What should I do about my haemorrhoids (piles)?
05 July 2018
Most people are under the impression that having haemorrhoids (or piles) is a medical condition. The truth is that everybody has haemorrhoids, and simply some people have larger and more problematic haemorrhoids compared to others.
Most people are under the impression that having haemorrhoids (or piles) is a medical condition. The truth is that everybody has haemorrhoids, and simply some people have larger and more problematic haemorrhoids compared to others. Haemorrhoids are a part of our normal anatomy within the bottom (anal canal). They are swollen cushions made of blood vessels that contribute to the fine control of continence. Haemorrhoids exist in varying grades of severity (one to four) and the symptoms you may experience do not always accurately reflect the severity of your haemorrhoids. The tricky part is knowing what to do about it.
The most common symptoms of haemorrhoids are rectal bleeding, pain, itching (pruritus) and swelling around the anus. Rectal bleeding is the most common problem. The blood is usually bright red and may drip, squirt into the toilet bowl, or appear as streaks on the toilet paper. Pain truly caused by haemorrhoids usually arises only with acute thrombus (clot) formation. This pain peaks at 48-72 hours and begins to decline by the fourth day.
Most people who experience recurrent rectal bleeding are anxious about having a large bowel tumour. Other possible causes of rectal bleeding include inflammatory bowel disease (Crohn’s disease or ulcerative colitis), anal fissure, colorectal polyps and rectal prolapse.
In order to exclude these, most patients are recommended to undergo one or a combination of tests to investigate the lower gastro-intestinal tract, depending on co-existing symptoms, family medical history and patient preference: proctoscopy, rigid sigmoidoscopy, flexible sigmoidoscopy, colonoscopy or CT virtual colonoscopy.
There are several treatments available for haemorrhoids and having a surgeon experienced in all available techniques means you can choose which treatment is best for your individual circumstances.
Simple haemorrhoids can be treated conservatively with lifestyle changes such as re-training not to strain on the toilet, or with the addition of simple medicines such as laxatives. If this does not improve the symptoms then the least invasive and safest treatment is banding.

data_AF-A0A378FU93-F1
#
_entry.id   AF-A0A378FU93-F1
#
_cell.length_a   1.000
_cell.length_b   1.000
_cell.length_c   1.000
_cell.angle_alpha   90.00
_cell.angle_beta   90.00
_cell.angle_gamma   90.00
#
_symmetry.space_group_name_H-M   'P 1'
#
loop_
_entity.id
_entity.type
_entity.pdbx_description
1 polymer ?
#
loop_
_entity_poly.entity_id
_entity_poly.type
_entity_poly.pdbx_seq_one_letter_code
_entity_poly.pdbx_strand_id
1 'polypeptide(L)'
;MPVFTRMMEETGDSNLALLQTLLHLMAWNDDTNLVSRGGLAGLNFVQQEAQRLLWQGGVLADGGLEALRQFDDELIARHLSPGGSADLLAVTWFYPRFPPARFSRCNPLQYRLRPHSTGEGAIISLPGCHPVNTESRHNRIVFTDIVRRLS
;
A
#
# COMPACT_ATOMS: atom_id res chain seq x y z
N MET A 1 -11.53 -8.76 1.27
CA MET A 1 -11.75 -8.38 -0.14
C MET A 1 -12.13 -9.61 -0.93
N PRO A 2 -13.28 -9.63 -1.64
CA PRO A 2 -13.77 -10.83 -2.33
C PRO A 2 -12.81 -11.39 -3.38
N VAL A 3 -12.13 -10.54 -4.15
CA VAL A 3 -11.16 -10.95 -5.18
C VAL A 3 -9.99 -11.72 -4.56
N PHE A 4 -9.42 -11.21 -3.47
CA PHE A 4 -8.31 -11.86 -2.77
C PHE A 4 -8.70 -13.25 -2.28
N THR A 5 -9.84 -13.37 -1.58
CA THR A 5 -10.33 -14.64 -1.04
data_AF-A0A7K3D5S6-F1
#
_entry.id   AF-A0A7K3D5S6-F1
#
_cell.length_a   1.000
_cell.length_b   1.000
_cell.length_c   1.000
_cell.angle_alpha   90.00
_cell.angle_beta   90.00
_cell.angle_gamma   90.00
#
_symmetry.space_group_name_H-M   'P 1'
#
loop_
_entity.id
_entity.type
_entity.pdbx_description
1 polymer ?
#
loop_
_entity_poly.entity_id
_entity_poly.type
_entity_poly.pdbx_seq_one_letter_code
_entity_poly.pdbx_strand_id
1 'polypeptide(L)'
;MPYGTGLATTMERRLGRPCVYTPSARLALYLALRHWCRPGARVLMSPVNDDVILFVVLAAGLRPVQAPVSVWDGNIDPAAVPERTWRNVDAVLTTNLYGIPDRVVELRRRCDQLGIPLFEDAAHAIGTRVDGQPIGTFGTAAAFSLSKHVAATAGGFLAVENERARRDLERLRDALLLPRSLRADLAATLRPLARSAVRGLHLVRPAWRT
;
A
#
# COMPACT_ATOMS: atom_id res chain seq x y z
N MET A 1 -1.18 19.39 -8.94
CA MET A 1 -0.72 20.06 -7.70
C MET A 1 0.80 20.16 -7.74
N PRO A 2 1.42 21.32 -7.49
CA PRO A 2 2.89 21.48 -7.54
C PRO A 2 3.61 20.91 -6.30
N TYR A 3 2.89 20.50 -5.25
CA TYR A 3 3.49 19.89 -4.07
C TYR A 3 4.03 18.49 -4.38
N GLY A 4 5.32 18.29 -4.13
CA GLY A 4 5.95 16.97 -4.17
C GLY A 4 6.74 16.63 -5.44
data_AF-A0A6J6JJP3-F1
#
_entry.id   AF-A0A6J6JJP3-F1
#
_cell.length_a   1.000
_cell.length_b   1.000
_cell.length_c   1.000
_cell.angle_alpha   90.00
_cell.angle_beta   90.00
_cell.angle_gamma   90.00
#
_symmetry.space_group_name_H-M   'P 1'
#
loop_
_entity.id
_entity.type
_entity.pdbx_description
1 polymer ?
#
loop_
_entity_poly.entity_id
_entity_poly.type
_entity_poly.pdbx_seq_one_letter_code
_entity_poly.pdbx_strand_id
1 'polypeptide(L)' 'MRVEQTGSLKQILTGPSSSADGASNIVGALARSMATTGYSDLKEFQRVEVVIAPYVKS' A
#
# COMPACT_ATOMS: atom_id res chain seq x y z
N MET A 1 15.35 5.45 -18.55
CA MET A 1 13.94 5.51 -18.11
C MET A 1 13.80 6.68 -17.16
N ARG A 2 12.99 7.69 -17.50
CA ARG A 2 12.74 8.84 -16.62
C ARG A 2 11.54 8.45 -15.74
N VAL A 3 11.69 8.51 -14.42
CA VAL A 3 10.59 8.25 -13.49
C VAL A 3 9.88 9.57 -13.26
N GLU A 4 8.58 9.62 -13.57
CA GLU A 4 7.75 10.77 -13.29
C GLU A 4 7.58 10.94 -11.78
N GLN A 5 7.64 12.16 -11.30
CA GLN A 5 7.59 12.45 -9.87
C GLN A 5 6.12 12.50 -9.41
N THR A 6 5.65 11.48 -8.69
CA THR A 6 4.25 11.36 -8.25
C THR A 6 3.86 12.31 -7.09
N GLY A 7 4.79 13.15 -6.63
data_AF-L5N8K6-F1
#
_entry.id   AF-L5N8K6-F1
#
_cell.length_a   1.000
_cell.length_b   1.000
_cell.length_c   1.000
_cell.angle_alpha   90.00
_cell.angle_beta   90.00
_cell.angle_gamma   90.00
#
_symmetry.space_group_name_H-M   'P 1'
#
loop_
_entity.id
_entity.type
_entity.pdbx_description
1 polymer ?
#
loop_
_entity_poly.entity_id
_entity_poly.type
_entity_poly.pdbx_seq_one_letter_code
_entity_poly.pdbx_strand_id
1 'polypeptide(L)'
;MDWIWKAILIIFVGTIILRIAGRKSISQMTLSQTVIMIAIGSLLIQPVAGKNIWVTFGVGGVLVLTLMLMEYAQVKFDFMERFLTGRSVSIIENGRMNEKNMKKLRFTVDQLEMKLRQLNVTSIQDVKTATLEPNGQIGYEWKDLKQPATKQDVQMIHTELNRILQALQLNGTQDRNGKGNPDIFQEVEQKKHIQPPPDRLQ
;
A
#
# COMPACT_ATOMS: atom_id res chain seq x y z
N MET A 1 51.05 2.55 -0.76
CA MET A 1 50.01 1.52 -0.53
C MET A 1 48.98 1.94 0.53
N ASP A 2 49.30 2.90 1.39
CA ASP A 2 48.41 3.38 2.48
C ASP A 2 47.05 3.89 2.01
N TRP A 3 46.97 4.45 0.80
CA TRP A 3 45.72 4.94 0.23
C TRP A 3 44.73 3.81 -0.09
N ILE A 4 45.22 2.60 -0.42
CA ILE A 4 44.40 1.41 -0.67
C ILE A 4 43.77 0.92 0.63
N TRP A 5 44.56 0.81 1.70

For larger and more symptomatic haemorrhoids there are intermediate treatments available such as trans-anal haemorrhoid dearterialisation (THD) procedure. This technique reduces the flow of blood to the haemorrhoids and in turn reduces bleeding. The THD procedure is usually combined with rectal mucopexy, which corrects the prolapse of haemorrhoids to and restores them to their normal position within the anal canal.
The Rafaelo procedure is an innovative treatment designed to cure haemorrhoids in a minimally invasive way, with no cuts made into the tissues. It uses well established radio frequency technology to shrink haemorrhoids and can be applied to all grades of haemorrhoids. The main advantages are minimal post-operative pain, if any at all, and immediate return to normal daily activities.
Surgical removal of haemorrhoids (haemorrhoidectomy) is reserved for the most troublesome haemorrhoids that have either not responded to less invasive treatments or are not suitable for them. Although effective, it can be a more uncomfortable treatment.
Your investigation and subsequent treatment is an agreement between you and your surgeon and can only be achieved during your consultation. This is allows the treatment to be tailored to your individual needs.
For more information or to book an appointment please call us on 0151 929 5408 or send an enquiry.
The content of this article is provided for general information only, and should not be treated as a substitute for the professional medical advice of your doctor or other health care professional.